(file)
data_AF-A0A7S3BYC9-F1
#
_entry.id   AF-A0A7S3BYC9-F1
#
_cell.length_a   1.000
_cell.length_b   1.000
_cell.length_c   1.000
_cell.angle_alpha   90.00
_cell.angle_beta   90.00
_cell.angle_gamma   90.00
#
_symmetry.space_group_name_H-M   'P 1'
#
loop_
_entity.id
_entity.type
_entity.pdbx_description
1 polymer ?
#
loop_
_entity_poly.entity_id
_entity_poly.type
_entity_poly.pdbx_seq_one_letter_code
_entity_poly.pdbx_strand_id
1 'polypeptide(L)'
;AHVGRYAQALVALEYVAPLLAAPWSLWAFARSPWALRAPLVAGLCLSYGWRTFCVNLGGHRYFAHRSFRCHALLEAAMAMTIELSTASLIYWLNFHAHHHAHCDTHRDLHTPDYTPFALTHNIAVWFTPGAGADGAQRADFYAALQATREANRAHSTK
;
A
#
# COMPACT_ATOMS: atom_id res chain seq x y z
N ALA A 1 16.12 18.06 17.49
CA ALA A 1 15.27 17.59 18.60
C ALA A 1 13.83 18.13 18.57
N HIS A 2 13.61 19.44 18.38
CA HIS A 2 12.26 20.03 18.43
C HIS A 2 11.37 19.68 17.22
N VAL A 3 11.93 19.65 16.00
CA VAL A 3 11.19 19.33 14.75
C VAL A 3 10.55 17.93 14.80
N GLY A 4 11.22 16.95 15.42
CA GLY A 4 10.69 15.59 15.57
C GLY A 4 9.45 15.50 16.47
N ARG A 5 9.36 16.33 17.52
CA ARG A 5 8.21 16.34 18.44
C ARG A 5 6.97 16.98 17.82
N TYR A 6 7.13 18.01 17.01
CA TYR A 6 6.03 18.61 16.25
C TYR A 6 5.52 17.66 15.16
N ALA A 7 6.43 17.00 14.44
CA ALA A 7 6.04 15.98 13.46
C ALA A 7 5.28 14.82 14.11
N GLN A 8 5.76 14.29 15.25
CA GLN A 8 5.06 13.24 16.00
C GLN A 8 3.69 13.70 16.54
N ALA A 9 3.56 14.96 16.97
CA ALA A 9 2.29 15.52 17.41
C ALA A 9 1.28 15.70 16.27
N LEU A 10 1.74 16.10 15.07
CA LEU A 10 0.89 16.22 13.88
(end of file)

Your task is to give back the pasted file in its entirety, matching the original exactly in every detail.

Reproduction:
data_AF-A0A7S3BYC9-F1
#
_entry.id   AF-A0A7S3BYC9-F1
#
_cell.length_a   1.000
_cell.length_b   1.000
_cell.length_c   1.000
_cell.angle_alpha   90.00
_cell.angle_beta   90.00
_cell.angle_gamma   90.00
#
_symmetry.space_group_name_H-M   'P 1'
#
loop_
_entity.id
_entity.type
_entity.pdbx_description
1 polymer ?
#
loop_
_entity_poly.entity_id
_entity_poly.type
_entity_poly.pdbx_seq_one_letter_code
_entity_poly.pdbx_strand_id
1 'polypeptide(L)'
;AHVGRYAQALVALEYVAPLLAAPWSLWAFARSPWALRAPLVAGLCLSYGWRTFCVNLGGHRYFAHRSFRCHALLEAAMAMTIELSTASLIYWLNFHAHHHAHCDTHRDLHTPDYTPFALTHNIAVWFTPGAGADGAQRADFYAALQATREANRAHSTK
;
A
#
# COMPACT_ATOMS: atom_id res chain seq x y z
N ALA A 1 16.12 18.06 17.49
CA ALA A 1 15.27 17.59 18.60
C ALA A 1 13.83 18.13 18.57
N HIS A 2 13.61 19.44 18.38
CA HIS A 2 12.26 20.03 18.43
C HIS A 2 11.37 19.68 17.22
N VAL A 3 11.93 19.65 16.00
CA VAL A 3 11.19 19.33 14.75
C VAL A 3 10.55 17.93 14.80
N GLY A 4 11.22 16.95 15.42
CA GLY A 4 10.69 15.59 15.57
C GLY A 4 9.45 15.50 16.47
N ARG A 5 9.36 16.33 17.52
CA ARG A 5 8.21 16.34 18.44
C ARG A 5 6.97 16.98 17.82
N TYR A 6 7.13 18.01 17.01
CA TYR A 6 6.03 18.61 16.25
C TYR A 6 5.52 17.66 15.16
N ALA A 7 6.43 17.00 14.44
CA ALA A 7 6.04 15.98 13.46
C ALA A 7 5.28 14.82 14.11
N GLN A 8 5.76 14.29 15.25
CA GLN A 8 5.06 13.24 16.00
C GLN A 8 3.69 13.70 16.54
N ALA A 9 3.56 14.96 16.97
CA ALA A 9 2.29 15.52 17.41
C ALA A 9 1.28 15.70 16.27
N LEU A 10 1.74 16.10 15.07
CA LEU A 10 0.89 16.22 13.88